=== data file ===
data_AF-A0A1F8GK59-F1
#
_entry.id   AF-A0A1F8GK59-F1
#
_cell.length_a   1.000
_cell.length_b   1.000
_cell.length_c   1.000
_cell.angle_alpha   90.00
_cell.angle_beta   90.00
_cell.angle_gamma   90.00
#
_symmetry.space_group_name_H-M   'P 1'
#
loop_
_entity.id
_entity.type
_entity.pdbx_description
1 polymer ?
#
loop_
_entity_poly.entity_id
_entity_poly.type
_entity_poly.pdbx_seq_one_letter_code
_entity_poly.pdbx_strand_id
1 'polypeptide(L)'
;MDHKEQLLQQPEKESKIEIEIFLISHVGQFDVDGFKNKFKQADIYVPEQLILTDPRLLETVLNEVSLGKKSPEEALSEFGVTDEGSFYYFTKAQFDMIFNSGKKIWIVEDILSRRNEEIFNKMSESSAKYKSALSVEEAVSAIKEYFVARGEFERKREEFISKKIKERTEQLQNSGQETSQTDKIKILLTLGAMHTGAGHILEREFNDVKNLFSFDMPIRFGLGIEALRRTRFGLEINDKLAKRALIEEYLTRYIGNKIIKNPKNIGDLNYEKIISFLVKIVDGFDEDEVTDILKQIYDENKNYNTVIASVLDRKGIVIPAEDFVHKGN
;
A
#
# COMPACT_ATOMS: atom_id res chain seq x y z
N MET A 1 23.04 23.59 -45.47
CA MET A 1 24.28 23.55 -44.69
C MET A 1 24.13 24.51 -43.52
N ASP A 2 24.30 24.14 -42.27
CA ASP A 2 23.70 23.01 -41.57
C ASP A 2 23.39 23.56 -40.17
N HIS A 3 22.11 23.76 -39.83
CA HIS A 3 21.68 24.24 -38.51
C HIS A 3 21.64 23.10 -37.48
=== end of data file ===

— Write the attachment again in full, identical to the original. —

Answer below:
data_AF-A0A1F8GK59-F1
#
_entry.id   AF-A0A1F8GK59-F1
#
_cell.length_a   1.000
_cell.length_b   1.000
_cell.length_c   1.000
_cell.angle_alpha   90.00
_cell.angle_beta   90.00
_cell.angle_gamma   90.00
#
_symmetry.space_group_name_H-M   'P 1'
#
loop_
_entity.id
_entity.type
_entity.pdbx_description
1 polymer ?
#
loop_
_entity_poly.entity_id
_entity_poly.type
_entity_poly.pdbx_seq_one_letter_code
_entity_poly.pdbx_strand_id
1 'polypeptide(L)'
;MDHKEQLLQQPEKESKIEIEIFLISHVGQFDVDGFKNKFKQADIYVPEQLILTDPRLLETVLNEVSLGKKSPEEALSEFGVTDEGSFYYFTKAQFDMIFNSGKKIWIVEDILSRRNEEIFNKMSESSAKYKSALSVEEAVSAIKEYFVARGEFERKREEFISKKIKERTEQLQNSGQETSQTDKIKILLTLGAMHTGAGHILEREFNDVKNLFSFDMPIRFGLGIEALRRTRFGLEINDKLAKRALIEEYLTRYIGNKIIKNPKNIGDLNYEKIISFLVKIVDGFDEDEVTDILKQIYDENKNYNTVIASVLDRKGIVIPAEDFVHKGN
;
A
#
# COMPACT_ATOMS: atom_id res chain seq x y z
N MET A 1 23.04 23.59 -45.47
CA MET A 1 24.28 23.55 -44.69
C MET A 1 24.13 24.51 -43.52
N ASP A 2 24.30 24.14 -42.27
CA ASP A 2 23.70 23.01 -41.57
C ASP A 2 23.39 23.56 -40.17
N HIS A 3 22.11 23.76 -39.83
CA HIS A 3 21.68 24.24 -38.51
C HIS A 3 21.64 23.10 -37.48